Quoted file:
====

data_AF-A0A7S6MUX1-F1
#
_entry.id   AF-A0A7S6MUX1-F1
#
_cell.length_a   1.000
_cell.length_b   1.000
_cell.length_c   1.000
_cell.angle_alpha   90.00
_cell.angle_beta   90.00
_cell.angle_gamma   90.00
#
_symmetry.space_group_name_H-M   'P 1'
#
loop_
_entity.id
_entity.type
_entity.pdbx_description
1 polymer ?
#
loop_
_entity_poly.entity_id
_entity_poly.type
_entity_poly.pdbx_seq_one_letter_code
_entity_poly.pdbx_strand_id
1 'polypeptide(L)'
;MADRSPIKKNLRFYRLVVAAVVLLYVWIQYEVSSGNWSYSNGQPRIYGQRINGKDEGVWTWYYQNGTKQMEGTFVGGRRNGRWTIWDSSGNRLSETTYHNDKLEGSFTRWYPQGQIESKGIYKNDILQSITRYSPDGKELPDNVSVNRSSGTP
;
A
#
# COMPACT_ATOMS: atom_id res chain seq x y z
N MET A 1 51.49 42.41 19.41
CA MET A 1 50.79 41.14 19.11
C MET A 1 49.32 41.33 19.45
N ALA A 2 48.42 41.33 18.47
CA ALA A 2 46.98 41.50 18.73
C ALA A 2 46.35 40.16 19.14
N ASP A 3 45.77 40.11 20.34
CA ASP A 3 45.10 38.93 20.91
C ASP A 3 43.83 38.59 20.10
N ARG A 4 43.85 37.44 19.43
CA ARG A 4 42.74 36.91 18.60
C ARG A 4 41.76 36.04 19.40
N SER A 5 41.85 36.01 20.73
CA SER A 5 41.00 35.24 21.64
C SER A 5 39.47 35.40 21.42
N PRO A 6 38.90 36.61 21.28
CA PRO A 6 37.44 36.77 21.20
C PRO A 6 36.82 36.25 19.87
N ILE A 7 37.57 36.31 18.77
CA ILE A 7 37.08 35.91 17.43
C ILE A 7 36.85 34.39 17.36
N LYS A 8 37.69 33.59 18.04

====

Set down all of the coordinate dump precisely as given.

data_AF-A0A7S6MUX1-F1
#
_entry.id   AF-A0A7S6MUX1-F1
#
_cell.length_a   1.000
_cell.length_b   1.000
_cell.length_c   1.000
_cell.angle_alpha   90.00
_cell.angle_beta   90.00
_cell.angle_gamma   90.00
#
_symmetry.space_group_name_H-M   'P 1'
#
loop_
_entity.id
_entity.type
_entity.pdbx_description
1 polymer ?
#
loop_
_entity_poly.entity_id
_entity_poly.type
_entity_poly.pdbx_seq_one_letter_code
_entity_poly.pdbx_strand_id
1 'polypeptide(L)'
;MADRSPIKKNLRFYRLVVAAVVLLYVWIQYEVSSGNWSYSNGQPRIYGQRINGKDEGVWTWYYQNGTKQMEGTFVGGRRNGRWTIWDSSGNRLSETTYHNDKLEGSFTRWYPQGQIESKGIYKNDILQSITRYSPDGKELPDNVSVNRSSGTP
;
A
#
# COMPACT_ATOMS: atom_id res chain seq x y z
N MET A 1 51.49 42.41 19.41
CA MET A 1 50.79 41.14 19.11
C MET A 1 49.32 41.33 19.45
N ALA A 2 48.42 41.33 18.47
CA ALA A 2 46.98 41.50 18.73
C ALA A 2 46.35 40.16 19.14
N ASP A 3 45.77 40.11 20.34
CA ASP A 3 45.10 38.93 20.91
C ASP A 3 43.83 38.59 20.10
N ARG A 4 43.85 37.44 19.43
CA ARG A 4 42.74 36.91 18.60
C ARG A 4 41.76 36.04 19.40
N SER A 5 41.85 36.01 20.73
CA SER A 5 41.00 35.24 21.64
C SER A 5 39.47 35.40 21.42
N PRO A 6 38.90 36.61 21.28
CA PRO A 6 37.44 36.77 21.20
C PRO A 6 36.82 36.25 19.87
N ILE A 7 37.57 36.31 18.77
CA ILE A 7 37.08 35.91 17.43
C ILE A 7 36.85 34.39 17.36
N LYS A 8 37.69 33.59 18.04